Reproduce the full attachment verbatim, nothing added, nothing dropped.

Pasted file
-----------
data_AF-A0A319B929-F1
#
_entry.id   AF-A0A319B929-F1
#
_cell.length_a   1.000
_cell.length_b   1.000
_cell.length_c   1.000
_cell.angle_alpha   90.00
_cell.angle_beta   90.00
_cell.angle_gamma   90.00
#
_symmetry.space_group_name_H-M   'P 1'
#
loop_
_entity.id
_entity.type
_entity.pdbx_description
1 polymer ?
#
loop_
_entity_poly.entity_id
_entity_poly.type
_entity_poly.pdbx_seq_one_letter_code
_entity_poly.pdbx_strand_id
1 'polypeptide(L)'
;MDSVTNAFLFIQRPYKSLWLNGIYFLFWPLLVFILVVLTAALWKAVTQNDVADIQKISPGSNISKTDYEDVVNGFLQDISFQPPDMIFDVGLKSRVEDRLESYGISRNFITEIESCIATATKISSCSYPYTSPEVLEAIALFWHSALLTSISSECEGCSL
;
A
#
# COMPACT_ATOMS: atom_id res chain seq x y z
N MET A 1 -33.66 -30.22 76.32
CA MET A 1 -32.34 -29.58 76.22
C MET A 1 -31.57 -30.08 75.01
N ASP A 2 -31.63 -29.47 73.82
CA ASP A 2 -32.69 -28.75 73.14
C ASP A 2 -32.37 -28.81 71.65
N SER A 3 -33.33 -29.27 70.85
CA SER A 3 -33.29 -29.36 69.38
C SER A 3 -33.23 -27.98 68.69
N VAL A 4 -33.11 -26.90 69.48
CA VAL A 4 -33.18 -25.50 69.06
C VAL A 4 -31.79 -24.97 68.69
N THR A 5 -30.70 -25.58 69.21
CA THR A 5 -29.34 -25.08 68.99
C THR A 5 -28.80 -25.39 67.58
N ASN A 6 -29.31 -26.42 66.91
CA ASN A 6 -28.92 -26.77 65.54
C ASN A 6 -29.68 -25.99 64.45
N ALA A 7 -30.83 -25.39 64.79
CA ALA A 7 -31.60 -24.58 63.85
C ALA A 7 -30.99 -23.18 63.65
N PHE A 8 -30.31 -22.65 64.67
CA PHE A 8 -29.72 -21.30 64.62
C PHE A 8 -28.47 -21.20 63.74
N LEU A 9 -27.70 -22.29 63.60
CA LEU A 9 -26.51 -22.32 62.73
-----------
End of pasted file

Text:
data_AF-A0A319B929-F1
#
_entry.id   AF-A0A319B929-F1
#
_cell.length_a   1.000
_cell.length_b   1.000
_cell.length_c   1.000
_cell.angle_alpha   90.00
_cell.angle_beta   90.00
_cell.angle_gamma   90.00
#
_symmetry.space_group_name_H-M   'P 1'
#
loop_
_entity.id
_entity.type
_entity.pdbx_description
1 polymer ?
#
loop_
_entity_poly.entity_id
_entity_poly.type
_entity_poly.pdbx_seq_one_letter_code
_entity_poly.pdbx_strand_id
1 'polypeptide(L)'
;MDSVTNAFLFIQRPYKSLWLNGIYFLFWPLLVFILVVLTAALWKAVTQNDVADIQKISPGSNISKTDYEDVVNGFLQDISFQPPDMIFDVGLKSRVEDRLESYGISRNFITEIESCIATATKISSCSYPYTSPEVLEAIALFWHSALLTSISSECEGCSL
;
A
#
# COMPACT_ATOMS: atom_id res chain seq x y z
N MET A 1 -33.66 -30.22 76.32
CA MET A 1 -32.34 -29.58 76.22
C MET A 1 -31.57 -30.08 75.01
N ASP A 2 -31.63 -29.47 73.82
CA ASP A 2 -32.69 -28.75 73.14
C ASP A 2 -32.37 -28.81 71.65
N SER A 3 -33.33 -29.27 70.85
CA SER A 3 -33.29 -29.36 69.38
C SER A 3 -33.23 -27.98 68.69
N VAL A 4 -33.11 -26.90 69.48
CA VAL A 4 -33.18 -25.50 69.06
C VAL A 4 -31.79 -24.97 68.69
N THR A 5 -30.70 -25.58 69.21
CA THR A 5 -29.34 -25.08 68.99
C THR A 5 -28.80 -25.39 67.58
N ASN A 6 -29.31 -26.42 66.91
CA ASN A 6 -28.92 -26.77 65.54
C ASN A 6 -29.68 -25.99 64.45
N ALA A 7 -30.83 -25.39 64.79
CA ALA A 7 -31.60 -24.58 63.85
C ALA A 7 -30.99 -23.18 63.65
N PHE A 8 -30.31 -22.65 64.67
CA PHE A 8 -29.72 -21.30 64.62
C PHE A 8 -28.47 -21.20 63.74
N LEU A 9 -27.70 -22.29 63.60
CA LEU A 9 -26.51 -22.32 62.73